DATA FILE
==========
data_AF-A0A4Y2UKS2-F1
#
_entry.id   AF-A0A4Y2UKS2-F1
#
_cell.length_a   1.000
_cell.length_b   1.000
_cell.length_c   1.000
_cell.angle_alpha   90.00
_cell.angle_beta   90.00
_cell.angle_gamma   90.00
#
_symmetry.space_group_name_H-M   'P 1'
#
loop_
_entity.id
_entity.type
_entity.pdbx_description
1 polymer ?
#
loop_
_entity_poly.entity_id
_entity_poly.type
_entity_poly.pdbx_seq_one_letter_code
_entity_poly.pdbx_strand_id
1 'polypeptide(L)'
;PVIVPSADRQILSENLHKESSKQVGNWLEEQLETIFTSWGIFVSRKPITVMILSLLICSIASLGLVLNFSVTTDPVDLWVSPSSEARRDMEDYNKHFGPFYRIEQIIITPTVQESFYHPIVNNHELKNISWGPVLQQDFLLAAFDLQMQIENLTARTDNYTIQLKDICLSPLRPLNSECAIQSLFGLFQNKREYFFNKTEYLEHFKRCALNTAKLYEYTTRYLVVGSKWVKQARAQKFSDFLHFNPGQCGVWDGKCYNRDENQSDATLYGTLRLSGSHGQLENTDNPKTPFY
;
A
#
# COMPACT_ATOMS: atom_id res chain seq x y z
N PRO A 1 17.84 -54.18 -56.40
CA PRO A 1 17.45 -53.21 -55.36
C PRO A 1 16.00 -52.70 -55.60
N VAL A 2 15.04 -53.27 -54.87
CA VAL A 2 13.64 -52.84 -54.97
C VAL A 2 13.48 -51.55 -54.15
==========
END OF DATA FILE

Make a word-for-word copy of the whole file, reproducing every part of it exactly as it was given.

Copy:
data_AF-A0A4Y2UKS2-F1
#
_entry.id   AF-A0A4Y2UKS2-F1
#
_cell.length_a   1.000
_cell.length_b   1.000
_cell.length_c   1.000
_cell.angle_alpha   90.00
_cell.angle_beta   90.00
_cell.angle_gamma   90.00
#
_symmetry.space_group_name_H-M   'P 1'
#
loop_
_entity.id
_entity.type
_entity.pdbx_description
1 polymer ?
#
loop_
_entity_poly.entity_id
_entity_poly.type
_entity_poly.pdbx_seq_one_letter_code
_entity_poly.pdbx_strand_id
1 'polypeptide(L)'
;PVIVPSADRQILSENLHKESSKQVGNWLEEQLETIFTSWGIFVSRKPITVMILSLLICSIASLGLVLNFSVTTDPVDLWVSPSSEARRDMEDYNKHFGPFYRIEQIIITPTVQESFYHPIVNNHELKNISWGPVLQQDFLLAAFDLQMQIENLTARTDNYTIQLKDICLSPLRPLNSECAIQSLFGLFQNKREYFFNKTEYLEHFKRCALNTAKLYEYTTRYLVVGSKWVKQARAQKFSDFLHFNPGQCGVWDGKCYNRDENQSDATLYGTLRLSGSHGQLENTDNPKTPFY
;
A
#
# COMPACT_ATOMS: atom_id res chain seq x y z
N PRO A 1 17.84 -54.18 -56.40
CA PRO A 1 17.45 -53.21 -55.36
C PRO A 1 16.00 -52.70 -55.60
N VAL A 2 15.04 -53.27 -54.87
CA VAL A 2 13.64 -52.84 -54.97
C VAL A 2 13.48 -51.55 -54.15